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I never use crontab, and while it ask me for root password, I am careful.

So my question is,

I have to run periodically (let's say every 30 min)a simple script for analyze the text file, which is update almost every minute. If the result of the script find exactly what I want, the script kill a proces which update the text file.

So basically I just need some command which runs my analytical script lets say every 30 minute.

I found out that crontab is probably one of the options, but I is it "safe". Why this command require the root password and so on? Or Is there any other options (better, simpler and so on) how to run some script periodically?

Thanks a lot

P.

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  • If the process you need to kill is your own process, then you can use your own crontab: just set it up using crontab -e instead of sudo crontab -e. That way root is not involved at all. – steeldriver Jan 10 '15 at 13:23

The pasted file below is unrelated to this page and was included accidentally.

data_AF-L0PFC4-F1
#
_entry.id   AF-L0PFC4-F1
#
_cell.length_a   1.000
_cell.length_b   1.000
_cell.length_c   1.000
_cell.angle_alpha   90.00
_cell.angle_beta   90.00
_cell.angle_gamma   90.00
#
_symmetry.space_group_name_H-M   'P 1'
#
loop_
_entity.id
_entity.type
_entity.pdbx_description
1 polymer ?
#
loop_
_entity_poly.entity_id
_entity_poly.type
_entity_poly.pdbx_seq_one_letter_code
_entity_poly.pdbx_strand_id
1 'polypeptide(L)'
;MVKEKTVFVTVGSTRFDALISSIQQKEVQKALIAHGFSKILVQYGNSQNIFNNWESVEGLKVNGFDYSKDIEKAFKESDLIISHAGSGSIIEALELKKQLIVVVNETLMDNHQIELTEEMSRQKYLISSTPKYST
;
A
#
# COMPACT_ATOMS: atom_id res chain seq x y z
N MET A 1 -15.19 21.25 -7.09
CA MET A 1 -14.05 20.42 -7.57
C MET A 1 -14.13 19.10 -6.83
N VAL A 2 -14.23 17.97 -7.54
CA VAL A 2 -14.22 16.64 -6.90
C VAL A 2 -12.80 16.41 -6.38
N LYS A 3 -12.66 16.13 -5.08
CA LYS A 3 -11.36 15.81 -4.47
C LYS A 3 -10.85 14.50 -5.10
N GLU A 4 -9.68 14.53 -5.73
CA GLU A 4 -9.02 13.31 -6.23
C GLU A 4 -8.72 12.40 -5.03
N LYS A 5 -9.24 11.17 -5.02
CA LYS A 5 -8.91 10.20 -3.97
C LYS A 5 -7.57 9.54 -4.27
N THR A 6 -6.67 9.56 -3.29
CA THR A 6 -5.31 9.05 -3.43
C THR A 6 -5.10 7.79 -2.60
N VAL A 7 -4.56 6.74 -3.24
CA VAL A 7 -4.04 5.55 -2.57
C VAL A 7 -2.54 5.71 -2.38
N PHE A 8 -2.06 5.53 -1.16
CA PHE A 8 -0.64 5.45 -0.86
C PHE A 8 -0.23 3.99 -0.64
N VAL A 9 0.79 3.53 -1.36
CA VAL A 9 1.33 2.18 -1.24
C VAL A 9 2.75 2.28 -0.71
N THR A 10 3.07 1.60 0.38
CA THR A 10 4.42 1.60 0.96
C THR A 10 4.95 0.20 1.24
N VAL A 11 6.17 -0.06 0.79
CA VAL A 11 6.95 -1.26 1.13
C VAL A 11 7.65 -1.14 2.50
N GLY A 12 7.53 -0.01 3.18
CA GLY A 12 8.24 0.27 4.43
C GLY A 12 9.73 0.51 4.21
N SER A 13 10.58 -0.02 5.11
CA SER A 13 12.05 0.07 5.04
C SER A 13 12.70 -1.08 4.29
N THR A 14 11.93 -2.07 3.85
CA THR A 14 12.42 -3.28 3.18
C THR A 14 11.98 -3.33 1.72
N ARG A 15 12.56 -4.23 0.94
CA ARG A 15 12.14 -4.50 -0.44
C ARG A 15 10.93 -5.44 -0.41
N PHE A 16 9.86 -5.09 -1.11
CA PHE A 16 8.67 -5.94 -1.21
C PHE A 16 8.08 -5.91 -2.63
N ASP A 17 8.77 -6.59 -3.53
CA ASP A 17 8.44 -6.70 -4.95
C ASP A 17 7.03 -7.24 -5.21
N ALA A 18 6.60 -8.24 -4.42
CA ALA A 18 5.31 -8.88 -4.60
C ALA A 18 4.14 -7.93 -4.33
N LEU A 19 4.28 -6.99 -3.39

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I found out that crontab is probably one of the options, but I is it "safe". Why this command require the root password and so on?

Why would requiring a password make something less safe? Using crontab is safe since nobody can change those files unless they know your admin password.

Or Is there any other options (better, simpler and so on) how to run some script periodically?

I myself would use /etc/crontab. It is 1 file for all users (difference with crontab is that you can add a user to a command line) where crontab is 1 file per user. It does not matter if you have 1 user but with 2 or more you would be maintaining more files than needed.

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  • Thank you for clarify me the safety of using crontab. I ask for crontab safety because many command don't require root password, and I haven't understand why this one has. – Pavol Namer Jan 10 '15 at 13:38
  • oh that is simple: any admin task will require it. Consider your account to have 2 purposes: a user and an administrator. The 1st needs no sudo. The 2nd, by default, will require sudo. – Rinzwind Jan 10 '15 at 13:53
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You can set a cronjob for your user only and it will not require your root password.

$ crontab -e

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